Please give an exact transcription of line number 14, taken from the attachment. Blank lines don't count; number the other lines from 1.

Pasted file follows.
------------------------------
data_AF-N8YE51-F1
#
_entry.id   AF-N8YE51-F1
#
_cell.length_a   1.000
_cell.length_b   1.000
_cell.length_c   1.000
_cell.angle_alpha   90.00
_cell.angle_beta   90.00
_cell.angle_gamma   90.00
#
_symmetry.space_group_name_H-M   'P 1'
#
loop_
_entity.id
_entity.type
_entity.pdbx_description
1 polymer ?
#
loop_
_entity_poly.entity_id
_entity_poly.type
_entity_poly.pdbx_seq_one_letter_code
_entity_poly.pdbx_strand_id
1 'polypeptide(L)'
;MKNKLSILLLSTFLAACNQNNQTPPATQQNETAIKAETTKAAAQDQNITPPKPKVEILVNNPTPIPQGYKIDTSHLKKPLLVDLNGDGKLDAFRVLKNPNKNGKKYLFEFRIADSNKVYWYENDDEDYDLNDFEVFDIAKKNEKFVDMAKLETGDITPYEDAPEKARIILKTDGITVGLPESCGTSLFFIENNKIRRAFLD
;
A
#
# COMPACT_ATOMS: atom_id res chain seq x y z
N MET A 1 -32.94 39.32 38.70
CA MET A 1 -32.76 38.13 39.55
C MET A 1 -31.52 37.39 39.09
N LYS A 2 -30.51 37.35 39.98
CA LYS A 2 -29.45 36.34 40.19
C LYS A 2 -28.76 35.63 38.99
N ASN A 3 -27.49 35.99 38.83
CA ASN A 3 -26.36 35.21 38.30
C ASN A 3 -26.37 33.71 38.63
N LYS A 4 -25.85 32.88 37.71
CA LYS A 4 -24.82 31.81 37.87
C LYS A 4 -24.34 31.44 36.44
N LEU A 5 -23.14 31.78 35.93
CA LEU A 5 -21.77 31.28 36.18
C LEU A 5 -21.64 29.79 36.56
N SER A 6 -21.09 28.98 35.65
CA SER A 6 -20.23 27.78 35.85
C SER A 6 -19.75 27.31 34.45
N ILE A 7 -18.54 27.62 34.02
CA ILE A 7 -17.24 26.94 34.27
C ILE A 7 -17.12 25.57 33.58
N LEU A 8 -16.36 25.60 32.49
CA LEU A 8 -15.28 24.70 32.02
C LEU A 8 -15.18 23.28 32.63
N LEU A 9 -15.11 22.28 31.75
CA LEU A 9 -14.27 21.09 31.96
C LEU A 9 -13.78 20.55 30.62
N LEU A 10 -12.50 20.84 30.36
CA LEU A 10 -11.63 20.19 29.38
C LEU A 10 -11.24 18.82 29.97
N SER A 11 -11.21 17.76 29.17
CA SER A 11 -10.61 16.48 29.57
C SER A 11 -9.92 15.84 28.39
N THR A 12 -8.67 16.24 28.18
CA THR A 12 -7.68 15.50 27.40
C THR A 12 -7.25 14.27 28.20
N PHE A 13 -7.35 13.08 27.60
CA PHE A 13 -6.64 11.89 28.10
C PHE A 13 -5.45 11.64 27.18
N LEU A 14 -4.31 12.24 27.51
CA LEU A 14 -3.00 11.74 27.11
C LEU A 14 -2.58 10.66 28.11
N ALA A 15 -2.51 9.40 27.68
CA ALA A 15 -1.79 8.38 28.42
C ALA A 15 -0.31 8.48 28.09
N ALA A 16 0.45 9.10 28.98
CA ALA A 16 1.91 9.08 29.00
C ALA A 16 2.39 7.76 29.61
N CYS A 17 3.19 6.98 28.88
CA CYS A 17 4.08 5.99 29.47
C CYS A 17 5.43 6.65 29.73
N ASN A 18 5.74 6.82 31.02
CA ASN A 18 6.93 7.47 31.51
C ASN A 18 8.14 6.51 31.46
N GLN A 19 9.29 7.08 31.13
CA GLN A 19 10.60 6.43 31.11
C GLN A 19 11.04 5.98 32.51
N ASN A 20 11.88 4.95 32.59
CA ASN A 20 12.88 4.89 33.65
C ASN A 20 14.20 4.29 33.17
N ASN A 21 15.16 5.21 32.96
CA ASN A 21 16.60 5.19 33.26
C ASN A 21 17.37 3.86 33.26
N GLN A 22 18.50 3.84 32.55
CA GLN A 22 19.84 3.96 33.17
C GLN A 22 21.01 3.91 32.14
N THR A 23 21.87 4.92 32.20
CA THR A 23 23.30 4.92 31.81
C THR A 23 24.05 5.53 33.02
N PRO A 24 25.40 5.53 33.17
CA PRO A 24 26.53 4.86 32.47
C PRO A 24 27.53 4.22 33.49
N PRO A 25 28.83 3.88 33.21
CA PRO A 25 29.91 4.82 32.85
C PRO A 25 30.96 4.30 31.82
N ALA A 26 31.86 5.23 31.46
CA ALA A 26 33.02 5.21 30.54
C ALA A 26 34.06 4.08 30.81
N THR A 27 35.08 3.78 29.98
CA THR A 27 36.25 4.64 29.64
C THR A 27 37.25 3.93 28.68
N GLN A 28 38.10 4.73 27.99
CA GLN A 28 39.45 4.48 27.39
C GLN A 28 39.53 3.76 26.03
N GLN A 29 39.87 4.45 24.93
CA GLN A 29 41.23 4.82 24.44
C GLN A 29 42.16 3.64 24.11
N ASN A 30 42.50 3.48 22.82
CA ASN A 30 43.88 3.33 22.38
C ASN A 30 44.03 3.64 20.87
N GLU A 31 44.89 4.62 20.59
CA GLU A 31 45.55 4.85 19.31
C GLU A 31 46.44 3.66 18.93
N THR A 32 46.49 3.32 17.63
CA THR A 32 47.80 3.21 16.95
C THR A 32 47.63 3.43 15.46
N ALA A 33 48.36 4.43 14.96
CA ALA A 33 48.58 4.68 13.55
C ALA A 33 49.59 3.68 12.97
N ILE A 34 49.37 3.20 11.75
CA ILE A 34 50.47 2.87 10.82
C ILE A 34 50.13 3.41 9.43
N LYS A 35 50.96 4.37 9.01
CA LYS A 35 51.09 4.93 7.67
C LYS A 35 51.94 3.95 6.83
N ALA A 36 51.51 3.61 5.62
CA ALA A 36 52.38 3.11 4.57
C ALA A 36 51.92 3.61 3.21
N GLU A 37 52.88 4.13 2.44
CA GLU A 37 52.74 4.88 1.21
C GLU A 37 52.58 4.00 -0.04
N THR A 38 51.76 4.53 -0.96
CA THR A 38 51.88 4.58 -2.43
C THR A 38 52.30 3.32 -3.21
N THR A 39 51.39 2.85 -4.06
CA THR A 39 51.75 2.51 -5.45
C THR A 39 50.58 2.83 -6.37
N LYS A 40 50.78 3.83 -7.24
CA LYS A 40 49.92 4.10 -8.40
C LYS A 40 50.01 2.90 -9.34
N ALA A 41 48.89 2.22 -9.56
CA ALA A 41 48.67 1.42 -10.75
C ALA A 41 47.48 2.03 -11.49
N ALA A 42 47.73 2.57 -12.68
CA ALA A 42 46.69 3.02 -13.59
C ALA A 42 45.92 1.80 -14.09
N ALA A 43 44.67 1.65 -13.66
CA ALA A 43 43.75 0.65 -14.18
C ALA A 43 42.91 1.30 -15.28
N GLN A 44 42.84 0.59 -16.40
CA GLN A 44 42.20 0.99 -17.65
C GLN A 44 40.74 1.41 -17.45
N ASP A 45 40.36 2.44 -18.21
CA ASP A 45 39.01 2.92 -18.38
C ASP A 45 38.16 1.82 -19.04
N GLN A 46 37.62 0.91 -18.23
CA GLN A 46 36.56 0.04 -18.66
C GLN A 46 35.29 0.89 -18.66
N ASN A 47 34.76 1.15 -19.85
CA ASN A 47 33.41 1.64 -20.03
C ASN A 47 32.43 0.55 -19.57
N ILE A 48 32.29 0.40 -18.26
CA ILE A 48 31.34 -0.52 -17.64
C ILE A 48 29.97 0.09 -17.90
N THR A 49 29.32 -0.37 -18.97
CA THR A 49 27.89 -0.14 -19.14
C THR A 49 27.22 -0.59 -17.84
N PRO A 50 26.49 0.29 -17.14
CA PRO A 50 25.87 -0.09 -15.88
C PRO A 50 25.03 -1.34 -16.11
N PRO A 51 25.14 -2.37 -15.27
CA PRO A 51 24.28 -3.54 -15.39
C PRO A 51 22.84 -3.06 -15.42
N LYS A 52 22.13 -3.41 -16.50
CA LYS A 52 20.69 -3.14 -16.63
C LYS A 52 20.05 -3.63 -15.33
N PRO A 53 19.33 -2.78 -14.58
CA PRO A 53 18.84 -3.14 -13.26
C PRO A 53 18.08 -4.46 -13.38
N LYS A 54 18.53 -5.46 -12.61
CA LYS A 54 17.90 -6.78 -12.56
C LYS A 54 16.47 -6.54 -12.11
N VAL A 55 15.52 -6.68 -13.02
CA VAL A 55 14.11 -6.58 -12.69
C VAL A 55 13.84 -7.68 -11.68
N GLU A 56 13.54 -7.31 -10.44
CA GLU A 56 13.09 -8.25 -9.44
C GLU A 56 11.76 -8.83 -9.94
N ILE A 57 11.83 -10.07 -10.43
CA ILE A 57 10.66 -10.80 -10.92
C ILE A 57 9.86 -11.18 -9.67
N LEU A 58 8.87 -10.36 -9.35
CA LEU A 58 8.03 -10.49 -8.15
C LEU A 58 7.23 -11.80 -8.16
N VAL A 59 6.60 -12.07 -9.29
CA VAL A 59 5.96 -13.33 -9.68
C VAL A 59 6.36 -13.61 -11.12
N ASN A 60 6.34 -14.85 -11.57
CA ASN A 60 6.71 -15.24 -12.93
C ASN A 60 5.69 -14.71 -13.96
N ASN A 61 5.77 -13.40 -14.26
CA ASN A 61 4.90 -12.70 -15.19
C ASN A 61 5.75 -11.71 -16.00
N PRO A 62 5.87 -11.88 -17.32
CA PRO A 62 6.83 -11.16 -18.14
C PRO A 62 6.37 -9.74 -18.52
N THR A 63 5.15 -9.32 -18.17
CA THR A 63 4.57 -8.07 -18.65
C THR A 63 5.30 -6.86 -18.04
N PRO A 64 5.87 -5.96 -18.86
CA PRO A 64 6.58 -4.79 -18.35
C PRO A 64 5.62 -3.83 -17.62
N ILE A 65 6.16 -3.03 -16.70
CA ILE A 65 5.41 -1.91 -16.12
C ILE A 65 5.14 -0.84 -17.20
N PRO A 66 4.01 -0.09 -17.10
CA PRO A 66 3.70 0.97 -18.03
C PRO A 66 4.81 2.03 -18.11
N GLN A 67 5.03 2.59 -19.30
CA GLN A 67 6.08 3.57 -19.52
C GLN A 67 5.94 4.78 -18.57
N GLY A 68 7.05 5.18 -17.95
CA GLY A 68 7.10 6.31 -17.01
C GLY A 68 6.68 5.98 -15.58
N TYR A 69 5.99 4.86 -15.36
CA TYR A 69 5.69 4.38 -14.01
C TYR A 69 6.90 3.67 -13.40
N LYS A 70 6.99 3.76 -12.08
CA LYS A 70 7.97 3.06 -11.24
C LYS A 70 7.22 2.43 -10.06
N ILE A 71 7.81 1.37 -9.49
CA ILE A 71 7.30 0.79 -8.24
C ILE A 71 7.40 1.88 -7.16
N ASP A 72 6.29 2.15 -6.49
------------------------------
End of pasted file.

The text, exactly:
loop_